Fingerprint drug detector finds home in US
UK innovation that detects drug abuse from people’s fingerprints is set to take off in the United States.
Intelligent Fingerprinting Ltd, the Norwich company that has developed the world-first device, has engaged Dallas-based Smart Start Inc to exclusively market and distribute the product in North America.
Intelligent Fingerprinting is a spin-out from the University of East Anglia (UEA) and the distribution deal follows the recent £2m investment in the business from a consortium of private US-based investors.
Smart Start is an industry leader in the US for alcohol monitoring technology and the country’s leading provider of breath alcohol ignition interlock devices (BAIIDs) which prevent drivers from starting their vehicles if breath alcohol is detected.
Intelligent Fingerprinting’s prototype handheld fingerprint drug detection device uses a unique process to detect drug metabolites and other substances contained in fingerprints and enables mobile testing with instant results. Smart Start expects to begin offering the new device in North America in early 2013, subject to regulatory approval.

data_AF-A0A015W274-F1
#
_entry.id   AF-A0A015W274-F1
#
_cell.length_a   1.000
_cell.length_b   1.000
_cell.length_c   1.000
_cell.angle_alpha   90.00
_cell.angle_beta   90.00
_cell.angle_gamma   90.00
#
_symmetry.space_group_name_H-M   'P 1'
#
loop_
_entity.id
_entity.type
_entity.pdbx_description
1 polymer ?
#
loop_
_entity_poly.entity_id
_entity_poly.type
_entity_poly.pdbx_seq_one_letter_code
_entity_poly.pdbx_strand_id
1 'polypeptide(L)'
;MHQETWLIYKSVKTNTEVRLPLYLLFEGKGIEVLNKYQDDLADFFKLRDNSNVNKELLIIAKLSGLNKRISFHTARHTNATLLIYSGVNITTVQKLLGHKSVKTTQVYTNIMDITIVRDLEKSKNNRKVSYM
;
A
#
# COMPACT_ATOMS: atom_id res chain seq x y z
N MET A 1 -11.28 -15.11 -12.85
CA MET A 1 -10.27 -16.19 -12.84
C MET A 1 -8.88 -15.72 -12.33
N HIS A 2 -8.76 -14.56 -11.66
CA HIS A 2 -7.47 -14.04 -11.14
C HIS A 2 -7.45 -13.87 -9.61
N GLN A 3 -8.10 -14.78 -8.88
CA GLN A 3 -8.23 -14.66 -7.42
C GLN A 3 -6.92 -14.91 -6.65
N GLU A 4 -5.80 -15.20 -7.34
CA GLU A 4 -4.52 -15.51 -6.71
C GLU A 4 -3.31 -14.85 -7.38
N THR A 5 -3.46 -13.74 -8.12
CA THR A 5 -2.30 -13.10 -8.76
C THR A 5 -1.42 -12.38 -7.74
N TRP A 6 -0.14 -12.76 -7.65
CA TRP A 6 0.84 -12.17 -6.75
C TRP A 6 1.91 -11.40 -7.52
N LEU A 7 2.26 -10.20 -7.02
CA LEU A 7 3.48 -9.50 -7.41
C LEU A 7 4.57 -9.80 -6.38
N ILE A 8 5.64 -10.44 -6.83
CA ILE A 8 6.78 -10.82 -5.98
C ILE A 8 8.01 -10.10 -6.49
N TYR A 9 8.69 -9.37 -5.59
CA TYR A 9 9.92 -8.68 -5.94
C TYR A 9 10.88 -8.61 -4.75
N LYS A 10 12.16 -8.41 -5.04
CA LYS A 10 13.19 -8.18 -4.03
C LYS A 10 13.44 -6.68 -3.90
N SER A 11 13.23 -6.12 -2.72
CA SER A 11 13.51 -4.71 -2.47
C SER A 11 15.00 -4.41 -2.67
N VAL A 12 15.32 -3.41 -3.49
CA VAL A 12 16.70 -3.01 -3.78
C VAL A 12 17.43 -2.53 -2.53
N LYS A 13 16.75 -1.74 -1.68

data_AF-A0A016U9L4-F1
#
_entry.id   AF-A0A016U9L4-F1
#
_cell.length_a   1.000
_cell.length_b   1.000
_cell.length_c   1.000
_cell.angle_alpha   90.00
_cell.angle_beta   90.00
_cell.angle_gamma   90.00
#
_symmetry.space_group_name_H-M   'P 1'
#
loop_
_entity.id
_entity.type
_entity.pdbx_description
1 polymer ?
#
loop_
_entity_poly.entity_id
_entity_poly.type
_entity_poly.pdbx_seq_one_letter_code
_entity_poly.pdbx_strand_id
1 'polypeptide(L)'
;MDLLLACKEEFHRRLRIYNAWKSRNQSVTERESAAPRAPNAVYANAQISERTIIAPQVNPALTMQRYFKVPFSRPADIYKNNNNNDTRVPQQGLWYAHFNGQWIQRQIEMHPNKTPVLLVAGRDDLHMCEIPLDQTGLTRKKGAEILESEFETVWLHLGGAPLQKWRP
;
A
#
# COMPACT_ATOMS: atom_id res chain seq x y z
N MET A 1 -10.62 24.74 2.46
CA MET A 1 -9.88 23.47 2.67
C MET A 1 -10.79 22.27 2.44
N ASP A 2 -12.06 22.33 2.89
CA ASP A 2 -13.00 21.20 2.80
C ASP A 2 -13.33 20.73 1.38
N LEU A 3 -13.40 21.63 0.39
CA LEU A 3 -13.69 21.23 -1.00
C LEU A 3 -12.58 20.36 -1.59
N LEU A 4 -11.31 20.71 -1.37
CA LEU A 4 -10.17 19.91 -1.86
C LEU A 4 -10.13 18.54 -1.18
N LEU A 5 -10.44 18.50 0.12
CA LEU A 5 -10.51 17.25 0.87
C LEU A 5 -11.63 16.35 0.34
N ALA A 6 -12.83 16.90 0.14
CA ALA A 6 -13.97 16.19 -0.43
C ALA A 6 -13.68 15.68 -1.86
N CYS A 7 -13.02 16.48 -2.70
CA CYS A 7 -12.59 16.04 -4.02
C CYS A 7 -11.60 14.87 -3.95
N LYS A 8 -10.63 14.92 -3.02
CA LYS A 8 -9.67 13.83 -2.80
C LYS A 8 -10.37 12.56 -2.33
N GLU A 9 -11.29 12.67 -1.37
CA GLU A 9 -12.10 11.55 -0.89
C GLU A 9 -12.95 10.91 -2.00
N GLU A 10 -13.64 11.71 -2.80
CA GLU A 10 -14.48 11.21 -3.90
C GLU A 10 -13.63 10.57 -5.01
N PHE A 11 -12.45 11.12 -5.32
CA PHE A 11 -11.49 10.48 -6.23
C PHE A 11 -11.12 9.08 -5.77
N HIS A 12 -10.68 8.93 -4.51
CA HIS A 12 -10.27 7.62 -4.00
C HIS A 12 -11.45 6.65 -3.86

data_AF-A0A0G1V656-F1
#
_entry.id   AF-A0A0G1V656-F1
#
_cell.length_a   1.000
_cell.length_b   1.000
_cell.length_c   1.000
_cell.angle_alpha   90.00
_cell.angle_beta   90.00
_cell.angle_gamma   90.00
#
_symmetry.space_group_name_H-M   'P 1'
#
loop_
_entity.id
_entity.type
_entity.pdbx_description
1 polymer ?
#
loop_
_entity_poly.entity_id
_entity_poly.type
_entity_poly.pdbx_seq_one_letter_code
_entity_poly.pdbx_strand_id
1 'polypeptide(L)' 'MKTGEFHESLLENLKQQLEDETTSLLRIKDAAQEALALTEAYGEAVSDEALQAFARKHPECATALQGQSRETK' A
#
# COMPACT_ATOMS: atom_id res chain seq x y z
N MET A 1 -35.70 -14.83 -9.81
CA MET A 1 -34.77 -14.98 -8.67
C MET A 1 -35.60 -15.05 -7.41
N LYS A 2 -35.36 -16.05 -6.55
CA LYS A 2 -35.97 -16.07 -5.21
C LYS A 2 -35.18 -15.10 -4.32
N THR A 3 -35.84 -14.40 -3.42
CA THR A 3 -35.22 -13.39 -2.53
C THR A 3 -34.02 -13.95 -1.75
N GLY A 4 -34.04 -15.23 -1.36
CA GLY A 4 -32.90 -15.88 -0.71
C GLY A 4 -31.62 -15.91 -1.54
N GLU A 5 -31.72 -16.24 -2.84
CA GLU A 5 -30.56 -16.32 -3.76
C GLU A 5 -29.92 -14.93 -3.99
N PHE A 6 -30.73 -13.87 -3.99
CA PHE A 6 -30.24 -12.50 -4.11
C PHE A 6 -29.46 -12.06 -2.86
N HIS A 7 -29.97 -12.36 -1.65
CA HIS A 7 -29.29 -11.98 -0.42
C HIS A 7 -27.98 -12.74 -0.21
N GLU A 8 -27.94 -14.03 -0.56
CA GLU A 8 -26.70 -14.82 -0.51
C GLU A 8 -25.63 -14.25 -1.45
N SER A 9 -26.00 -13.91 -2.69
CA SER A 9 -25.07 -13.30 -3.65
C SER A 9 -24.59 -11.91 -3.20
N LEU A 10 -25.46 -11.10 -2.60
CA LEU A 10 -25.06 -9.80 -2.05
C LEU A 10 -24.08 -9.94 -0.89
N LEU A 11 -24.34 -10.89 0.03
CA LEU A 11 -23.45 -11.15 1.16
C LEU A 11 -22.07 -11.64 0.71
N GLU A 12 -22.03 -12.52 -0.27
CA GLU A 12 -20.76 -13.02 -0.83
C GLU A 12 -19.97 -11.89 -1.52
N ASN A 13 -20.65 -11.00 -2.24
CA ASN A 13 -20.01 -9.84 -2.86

The new hand-held device will enable testing of fingerprints for illegal drugs and other substances using disposable cartridges. The samples are quick and easy to collect and do not require special handling or biohazard precautions.
The imaging of the fingerprint provides a chain-of-evidence continuity that is almost impossible to cheat. The potential uses for the device are wide ranging and cover testing in the workplace as well as screening drivers at the roadside for drug-driving impairment.
Smart Start has formed a new subsidiary, Smart Sales Inc, to concentrate on marketing the products in North America.
Intelligent Fingerprinting’s business development manager Paul Yates, said: “There has already been considerable worldwide interest in the use of the technology for testing within a wide range of applications, including criminal justice, forensic science, homeland security, as well as institutional testing at prisons and workplaces. But the ability of a hand-held device to carry out testing in-situ brings a whole new range of benefits and opportunities.”